Appleby, P., Roddam, A., Allen, N. & Key T. (2007). Comparative fracture risk in vegetarians and nonvegetarians in EPIC-Oxford. European Journal of Clinical Nutrition, 61, 1400-1406. Retrieved from https://www.nature.com/articles/1602659
Ball, M. & Bartlett, M. (1999). Dietary intake and iron status of Australian vegetarian women. The American Journal of Clinical Nutrition, 70(3), 353-358. doi: 10.1093/ajcn/70.3.353
Beezhold, B., Radnitzb, C., McGrathb, R. & Feldmanb, A. (2018). Vegans report less bothersome vasomotor and physical menopausal symptoms than omnivores. Maturitas, 112, 12-17. doi: 10.1016/j.maturitas.2018.03.009
Castañéa, S. & Antón, A. (2017). Assessment of the nutritional quality and environmental impact of two food diets: A Mediterranean and a vegan diet. Journal of Cleaner Production, 167, 929-937. doi: 10.1016/j.jclepro.2017.04.121
Donaldson, M.S. (2000). Metabolic vitamin B12 status on a mostly raw vegan diet with follow-up using tablets, nutritional yeast, or probiotic supplements. Annals of Nutrition and Metabolism, 44, 229-234. doi: 10.1159/000046689
Dua, S., Bhuker, M., Sharma, P., Dhall, M. & Kapoor, S. (2014). Body mass index relates to blood pressure among adults. North American Journal of Medical Sciences, 6(2), 89-95. doi: 10.4103/1947-2714.127751
Dyett, P., Sabaté, J., Haddad, E., Rajaram, S. & Shavlik, D. (2013). Vegan lifestyle behaviors: An exploration of congruence with health-related beliefs and assessed health indices. Appetite, 67, 119-124. doi: 10.1016/j.appet.2013.03.015
Gilsing, A., Crowe, F., Lloyd-Wright, Z., Sanders, T., Appleby, P., Allen, N. & Key, T. (2010). Serum concentrations of vitamin B12 and folate in British male omnivores, vegetarians, and vegans: Results from a cross-sectional analysis of the EPIC-Oxford cohort study. European Journal of Clinical Nutrition, 64(9), 933-939. doi: 10.1038/ejcn.2010.142
Haddad, E., Berk, L., Kettering, J., Hubbard, R. & Peters, W. (1999). Dietary intake and biochemical, hematologic, and immune status of vegans compared with nonvegetarians. The American Journal of Clinical Nutrition, 70, 586-593. doi: 10.1093/ajcn/70.3.586s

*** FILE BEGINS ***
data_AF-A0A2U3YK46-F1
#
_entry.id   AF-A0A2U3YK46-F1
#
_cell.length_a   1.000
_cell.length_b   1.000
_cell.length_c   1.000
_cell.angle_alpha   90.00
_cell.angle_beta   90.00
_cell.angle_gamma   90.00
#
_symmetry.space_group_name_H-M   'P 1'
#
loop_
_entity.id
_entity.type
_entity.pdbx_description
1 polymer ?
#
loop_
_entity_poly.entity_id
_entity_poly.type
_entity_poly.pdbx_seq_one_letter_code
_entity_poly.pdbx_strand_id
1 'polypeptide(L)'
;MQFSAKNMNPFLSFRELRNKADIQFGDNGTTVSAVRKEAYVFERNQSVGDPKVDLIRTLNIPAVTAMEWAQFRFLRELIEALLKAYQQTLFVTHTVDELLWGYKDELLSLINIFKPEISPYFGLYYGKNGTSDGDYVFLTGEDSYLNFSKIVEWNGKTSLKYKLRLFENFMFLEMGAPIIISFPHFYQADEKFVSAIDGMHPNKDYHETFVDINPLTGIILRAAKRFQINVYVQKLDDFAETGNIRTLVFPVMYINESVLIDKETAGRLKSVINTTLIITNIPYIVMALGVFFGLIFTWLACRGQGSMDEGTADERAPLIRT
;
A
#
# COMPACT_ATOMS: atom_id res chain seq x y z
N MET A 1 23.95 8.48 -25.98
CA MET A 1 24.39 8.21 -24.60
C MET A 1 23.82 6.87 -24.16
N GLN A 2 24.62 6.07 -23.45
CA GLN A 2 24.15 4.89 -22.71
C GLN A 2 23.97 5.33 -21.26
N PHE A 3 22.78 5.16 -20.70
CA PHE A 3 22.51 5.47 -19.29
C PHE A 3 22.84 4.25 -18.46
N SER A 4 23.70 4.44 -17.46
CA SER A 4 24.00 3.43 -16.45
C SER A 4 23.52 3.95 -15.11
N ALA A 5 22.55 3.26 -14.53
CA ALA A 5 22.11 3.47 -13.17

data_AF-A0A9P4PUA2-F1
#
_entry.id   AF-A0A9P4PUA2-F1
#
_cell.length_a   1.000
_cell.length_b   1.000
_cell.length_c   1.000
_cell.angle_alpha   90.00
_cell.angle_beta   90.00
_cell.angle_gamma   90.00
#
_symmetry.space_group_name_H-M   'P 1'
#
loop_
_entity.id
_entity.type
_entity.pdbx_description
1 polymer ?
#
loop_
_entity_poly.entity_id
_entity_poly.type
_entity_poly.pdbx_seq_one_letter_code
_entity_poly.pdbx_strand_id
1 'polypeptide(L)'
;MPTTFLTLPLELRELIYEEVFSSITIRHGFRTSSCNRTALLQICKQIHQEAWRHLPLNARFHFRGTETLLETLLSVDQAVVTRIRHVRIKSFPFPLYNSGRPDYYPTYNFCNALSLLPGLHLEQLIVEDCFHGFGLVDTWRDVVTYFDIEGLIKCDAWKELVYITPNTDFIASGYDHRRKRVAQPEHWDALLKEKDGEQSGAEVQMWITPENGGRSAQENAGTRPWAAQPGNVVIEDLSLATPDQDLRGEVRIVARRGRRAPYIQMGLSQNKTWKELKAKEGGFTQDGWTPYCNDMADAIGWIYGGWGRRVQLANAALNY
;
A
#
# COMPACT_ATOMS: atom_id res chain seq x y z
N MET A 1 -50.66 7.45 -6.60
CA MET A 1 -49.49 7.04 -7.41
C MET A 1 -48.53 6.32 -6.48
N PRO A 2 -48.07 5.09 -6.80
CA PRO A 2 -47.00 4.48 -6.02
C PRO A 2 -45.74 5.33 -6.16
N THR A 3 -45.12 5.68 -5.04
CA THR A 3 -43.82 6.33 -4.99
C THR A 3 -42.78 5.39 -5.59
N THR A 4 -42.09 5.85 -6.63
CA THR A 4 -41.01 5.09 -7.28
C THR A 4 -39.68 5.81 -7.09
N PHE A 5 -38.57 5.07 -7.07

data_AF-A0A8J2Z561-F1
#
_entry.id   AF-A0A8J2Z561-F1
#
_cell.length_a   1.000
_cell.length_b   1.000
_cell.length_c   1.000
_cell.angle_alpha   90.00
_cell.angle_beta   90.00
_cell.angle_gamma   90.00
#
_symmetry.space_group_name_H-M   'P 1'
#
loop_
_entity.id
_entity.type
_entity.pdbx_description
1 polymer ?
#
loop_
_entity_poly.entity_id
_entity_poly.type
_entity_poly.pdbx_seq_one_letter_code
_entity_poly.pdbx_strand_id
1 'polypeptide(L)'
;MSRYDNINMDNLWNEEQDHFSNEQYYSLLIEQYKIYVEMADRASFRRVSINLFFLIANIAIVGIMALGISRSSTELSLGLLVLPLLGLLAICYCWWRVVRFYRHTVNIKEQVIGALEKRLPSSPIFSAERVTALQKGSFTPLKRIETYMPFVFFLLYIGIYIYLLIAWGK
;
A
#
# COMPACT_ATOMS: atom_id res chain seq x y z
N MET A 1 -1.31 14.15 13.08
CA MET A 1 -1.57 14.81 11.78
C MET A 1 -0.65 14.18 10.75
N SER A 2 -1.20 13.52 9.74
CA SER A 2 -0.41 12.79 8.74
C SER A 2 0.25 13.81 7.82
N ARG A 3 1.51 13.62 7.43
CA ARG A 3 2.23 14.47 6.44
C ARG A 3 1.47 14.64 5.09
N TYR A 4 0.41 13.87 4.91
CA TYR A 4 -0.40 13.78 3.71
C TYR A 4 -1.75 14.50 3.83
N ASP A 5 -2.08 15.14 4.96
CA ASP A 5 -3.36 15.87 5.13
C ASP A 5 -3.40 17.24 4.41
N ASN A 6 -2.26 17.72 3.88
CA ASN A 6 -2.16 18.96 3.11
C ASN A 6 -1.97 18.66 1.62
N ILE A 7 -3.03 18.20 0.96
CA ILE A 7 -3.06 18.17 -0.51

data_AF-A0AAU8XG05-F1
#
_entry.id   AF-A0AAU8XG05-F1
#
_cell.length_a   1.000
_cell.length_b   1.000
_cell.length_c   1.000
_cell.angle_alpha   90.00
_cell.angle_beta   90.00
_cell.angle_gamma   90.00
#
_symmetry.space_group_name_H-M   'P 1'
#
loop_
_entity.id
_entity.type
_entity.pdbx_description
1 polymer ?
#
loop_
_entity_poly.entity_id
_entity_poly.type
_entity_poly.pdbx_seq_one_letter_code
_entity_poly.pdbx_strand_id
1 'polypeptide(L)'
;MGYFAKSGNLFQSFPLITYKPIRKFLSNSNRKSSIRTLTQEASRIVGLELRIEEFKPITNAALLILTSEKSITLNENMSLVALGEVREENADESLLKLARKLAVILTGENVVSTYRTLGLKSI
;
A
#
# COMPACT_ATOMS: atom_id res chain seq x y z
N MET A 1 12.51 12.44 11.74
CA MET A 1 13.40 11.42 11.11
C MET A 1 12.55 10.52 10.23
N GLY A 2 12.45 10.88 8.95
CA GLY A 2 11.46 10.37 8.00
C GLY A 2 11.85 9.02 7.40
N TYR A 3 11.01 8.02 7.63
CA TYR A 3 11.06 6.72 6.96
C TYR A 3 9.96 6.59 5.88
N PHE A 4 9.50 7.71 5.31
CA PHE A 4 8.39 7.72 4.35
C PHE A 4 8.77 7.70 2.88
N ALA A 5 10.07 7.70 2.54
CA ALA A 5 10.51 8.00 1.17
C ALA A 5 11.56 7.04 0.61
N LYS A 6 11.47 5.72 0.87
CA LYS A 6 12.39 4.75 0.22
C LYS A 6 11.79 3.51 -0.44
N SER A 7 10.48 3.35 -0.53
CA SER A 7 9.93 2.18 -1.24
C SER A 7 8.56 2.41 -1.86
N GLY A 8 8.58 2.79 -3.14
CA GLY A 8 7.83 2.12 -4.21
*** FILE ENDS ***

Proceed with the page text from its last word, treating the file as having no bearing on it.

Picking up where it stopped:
Herrmann, W., Schorr, H., Purschwitz, K., Rassoul, F. & Richter, V. (2001). Total homocysteine, vitamin B12, and total antioxidant status in vegetarians. Clinical Chemistry, 47(6). Retrieved from http://clinchem.aaccjnls.org/content/47/6/1094
Janssen, M., Busch, C, Rödiger, M. & Hamm, U. (2016). Motives of consumers following a vegan diet and their attitudes towards animal agriculture. Appetite, 105, 643-651. doi: 10.1016/j.appet.2016.06.039
Key, T., Appleby, P., Spencer, E., Travis, R., Roddam, A. & Allen, N. (2009). Cancer incidence in vegetarians: results from the European Prospective Investigation into Cancer and Nutrition (EPIC-Oxford). The American Journal of Clinical Nutrition, 89(5), 1620S-1626S. doi: 10.3945/ajcn.2009.26736M
Key, T., Fraser, G., Thorogood, M., Appleby, P., Beral, V., Reeves, G., … McPherson, K. (1999). Mortality in vegetarians and nonvegetarians: detailed findings from a collaborative analysis of 5 prospective studies. The American Journal of Clinical Nutrition, 70(3), 516-524. doi: 10.1093/ajcn/70.3.516s
Kim, M.K., Cho, S.W. & Park Y.K. (2012). Long-term vegetarians have low oxidative stress, body fat, and cholesterol levels. Nutrition Research and Practice, 6(2), 155-161. doi: 10.4162/nrp.2012.6.2.155
Larsson, C. & Johansson, G. (2005). Young Swedish Vegans Have Different Sources of Nutrients than Young Omnivores. Journal of the American Dietetic Association, 105, 1438-1441. doi: 10.1016/j.jada.2005.06.026
Lau, E.M.C., Kwok, T., Woo, J. & Ho, S.C. (1998). Bone mineral density in Chinese elderly female vegetarians, vegans, lacto-vegetarians and omnivores. European Journal of Clinical Nutrition, 52, 60–64. Retrieved from https://www.nature.com/articles/1600516
Mearns, G.-J., Koziol-McLain, J., Obolonkin, V. & Rush, E.-C. (2014). Preventing vitamin B12 deficiency in South Asian women of childbearing age: a randomised controlled trial comparing an oral vitamin B12 supplement with B12 dietary advice. European Journal of Clinical Nutrition, 68, 870–875. Retrieved from www.nature.com/articles/ejcn201456
Schüpbach, R., Wegmüller, R., Berguerand, C., Bui, M. & Herter-Aeberli I. (2017). Micronutrient status and intake in omnivores, vegetarians and vegans in Switzerland. European Journal of Nutrition, 56(1), 283-293. doi: 10.1007/s00394-015-1079-7
Szeto, Y., Kwok, T. & Benzie, I. (2004). Effects of a long-term vegetarian diet on biomarkers of antioxidant status and cardiovascular disease risk. The International Journal of Applied and Basic Nutritional Sciences, 20(10), 863-866. doi: 10.1016/j.nut.2004.06.006